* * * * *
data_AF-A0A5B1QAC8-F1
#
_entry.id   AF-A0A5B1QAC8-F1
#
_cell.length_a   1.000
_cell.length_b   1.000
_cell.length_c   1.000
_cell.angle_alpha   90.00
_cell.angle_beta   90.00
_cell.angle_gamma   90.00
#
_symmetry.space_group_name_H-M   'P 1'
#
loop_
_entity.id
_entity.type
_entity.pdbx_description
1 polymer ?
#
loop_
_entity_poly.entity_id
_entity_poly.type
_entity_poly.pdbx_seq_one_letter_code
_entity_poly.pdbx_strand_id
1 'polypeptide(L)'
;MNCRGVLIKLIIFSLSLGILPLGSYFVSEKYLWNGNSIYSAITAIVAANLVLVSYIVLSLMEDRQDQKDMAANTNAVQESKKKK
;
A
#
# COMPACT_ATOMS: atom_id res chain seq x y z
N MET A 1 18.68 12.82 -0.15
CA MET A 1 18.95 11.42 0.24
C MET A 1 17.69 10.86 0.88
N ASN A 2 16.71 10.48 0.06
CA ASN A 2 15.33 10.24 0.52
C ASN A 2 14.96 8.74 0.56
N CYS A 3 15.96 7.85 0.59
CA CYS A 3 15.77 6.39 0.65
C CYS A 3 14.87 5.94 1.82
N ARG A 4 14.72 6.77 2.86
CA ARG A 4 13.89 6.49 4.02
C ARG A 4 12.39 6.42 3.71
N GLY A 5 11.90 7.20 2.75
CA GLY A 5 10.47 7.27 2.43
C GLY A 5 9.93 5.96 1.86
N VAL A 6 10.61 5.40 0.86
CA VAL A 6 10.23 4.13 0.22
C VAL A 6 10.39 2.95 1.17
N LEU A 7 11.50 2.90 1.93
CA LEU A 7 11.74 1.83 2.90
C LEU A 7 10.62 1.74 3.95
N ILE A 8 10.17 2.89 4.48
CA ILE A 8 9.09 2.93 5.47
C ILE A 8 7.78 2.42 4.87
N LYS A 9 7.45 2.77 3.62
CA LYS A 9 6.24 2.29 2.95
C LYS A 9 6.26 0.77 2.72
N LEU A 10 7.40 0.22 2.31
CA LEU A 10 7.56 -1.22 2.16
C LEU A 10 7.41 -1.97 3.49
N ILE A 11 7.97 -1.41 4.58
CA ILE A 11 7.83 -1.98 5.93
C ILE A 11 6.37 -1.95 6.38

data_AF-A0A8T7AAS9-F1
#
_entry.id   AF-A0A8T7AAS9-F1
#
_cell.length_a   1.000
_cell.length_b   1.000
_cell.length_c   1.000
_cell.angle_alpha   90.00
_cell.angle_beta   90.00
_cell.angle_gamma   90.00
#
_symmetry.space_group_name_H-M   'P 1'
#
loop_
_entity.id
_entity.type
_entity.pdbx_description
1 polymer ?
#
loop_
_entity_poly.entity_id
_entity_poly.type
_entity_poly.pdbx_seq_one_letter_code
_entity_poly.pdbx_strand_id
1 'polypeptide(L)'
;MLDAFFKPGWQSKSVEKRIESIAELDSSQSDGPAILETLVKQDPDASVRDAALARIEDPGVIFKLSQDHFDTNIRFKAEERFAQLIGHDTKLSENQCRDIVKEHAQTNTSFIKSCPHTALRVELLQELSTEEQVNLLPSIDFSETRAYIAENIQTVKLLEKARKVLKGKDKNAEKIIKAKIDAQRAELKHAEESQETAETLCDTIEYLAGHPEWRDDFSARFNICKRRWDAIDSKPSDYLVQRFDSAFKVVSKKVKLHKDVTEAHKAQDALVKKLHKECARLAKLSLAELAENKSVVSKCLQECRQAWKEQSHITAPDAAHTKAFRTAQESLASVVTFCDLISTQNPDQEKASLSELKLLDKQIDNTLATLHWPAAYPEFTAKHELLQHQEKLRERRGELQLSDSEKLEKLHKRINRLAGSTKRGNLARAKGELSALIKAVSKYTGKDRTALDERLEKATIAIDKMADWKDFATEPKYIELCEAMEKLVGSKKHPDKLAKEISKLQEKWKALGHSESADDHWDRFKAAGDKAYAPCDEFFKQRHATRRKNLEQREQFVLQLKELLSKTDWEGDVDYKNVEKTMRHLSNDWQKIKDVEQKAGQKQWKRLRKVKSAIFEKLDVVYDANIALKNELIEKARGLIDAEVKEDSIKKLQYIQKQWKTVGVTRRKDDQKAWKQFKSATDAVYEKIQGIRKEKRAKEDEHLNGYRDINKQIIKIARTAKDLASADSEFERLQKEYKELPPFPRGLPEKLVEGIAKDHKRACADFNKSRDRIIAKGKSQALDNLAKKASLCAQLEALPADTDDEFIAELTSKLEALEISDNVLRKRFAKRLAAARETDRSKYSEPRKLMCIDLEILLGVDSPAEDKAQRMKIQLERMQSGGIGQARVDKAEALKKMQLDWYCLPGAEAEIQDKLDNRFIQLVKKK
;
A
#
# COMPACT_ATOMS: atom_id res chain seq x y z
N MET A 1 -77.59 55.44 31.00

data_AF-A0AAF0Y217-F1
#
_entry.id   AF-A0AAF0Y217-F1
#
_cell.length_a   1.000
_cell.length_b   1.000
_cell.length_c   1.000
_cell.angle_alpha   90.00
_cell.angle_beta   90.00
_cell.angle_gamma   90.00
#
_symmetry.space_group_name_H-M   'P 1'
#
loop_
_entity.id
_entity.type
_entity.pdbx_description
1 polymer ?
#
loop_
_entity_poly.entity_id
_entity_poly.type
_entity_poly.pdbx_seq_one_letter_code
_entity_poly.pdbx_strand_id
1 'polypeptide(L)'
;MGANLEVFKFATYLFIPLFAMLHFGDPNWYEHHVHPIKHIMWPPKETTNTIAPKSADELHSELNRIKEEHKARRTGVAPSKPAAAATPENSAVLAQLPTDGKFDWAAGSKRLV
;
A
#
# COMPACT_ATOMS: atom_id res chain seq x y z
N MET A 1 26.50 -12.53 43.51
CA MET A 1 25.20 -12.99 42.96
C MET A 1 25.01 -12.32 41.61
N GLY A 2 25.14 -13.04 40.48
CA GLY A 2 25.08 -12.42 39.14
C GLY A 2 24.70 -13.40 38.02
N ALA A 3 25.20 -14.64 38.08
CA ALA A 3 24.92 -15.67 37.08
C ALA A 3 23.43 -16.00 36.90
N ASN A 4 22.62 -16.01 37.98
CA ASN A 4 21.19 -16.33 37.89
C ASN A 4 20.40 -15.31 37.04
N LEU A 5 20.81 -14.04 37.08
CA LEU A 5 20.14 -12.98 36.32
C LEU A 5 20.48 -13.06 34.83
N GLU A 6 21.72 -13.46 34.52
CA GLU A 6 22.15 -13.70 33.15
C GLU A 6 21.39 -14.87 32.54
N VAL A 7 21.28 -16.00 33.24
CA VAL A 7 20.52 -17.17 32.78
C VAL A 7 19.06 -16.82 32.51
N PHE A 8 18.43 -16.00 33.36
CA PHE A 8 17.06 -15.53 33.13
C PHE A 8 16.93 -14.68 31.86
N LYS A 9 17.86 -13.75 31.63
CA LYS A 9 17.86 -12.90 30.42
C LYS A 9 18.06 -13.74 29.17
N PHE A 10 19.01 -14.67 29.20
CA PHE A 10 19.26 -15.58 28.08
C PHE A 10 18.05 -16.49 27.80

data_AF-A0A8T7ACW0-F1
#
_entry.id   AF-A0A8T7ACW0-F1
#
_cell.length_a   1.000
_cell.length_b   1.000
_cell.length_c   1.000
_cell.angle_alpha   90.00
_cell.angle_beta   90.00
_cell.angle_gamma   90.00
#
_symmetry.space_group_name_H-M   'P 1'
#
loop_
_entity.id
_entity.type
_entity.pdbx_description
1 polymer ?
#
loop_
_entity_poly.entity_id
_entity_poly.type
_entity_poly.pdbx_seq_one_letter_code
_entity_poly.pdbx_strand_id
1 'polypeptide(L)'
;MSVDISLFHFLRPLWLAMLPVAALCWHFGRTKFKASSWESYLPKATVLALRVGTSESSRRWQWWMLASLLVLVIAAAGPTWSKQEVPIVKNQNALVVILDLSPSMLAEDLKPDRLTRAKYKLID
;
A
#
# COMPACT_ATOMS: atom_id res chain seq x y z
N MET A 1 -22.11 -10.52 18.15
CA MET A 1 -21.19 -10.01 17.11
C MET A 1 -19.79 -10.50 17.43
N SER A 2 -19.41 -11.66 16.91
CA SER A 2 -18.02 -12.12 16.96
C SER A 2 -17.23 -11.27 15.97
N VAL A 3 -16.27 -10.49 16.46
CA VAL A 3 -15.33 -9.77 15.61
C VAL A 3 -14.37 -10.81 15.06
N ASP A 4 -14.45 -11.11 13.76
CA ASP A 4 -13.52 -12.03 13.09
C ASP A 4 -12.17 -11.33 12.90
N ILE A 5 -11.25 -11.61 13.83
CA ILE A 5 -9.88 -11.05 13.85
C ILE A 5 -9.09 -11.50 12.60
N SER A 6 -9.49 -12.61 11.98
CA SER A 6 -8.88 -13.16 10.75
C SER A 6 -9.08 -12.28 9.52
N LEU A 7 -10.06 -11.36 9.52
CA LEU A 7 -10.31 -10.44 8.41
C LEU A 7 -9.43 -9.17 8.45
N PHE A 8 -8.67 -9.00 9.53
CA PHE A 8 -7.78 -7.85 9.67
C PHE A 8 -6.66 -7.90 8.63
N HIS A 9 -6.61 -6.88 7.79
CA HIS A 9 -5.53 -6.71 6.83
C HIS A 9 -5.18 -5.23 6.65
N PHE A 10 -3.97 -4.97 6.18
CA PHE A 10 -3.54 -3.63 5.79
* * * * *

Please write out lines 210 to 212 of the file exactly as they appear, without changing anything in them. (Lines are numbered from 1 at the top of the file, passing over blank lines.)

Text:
CA HIS A 9 -5.53 -6.71 6.83
C HIS A 9 -5.18 -5.23 6.65
N PHE A 10 -3.97 -4.97 6.18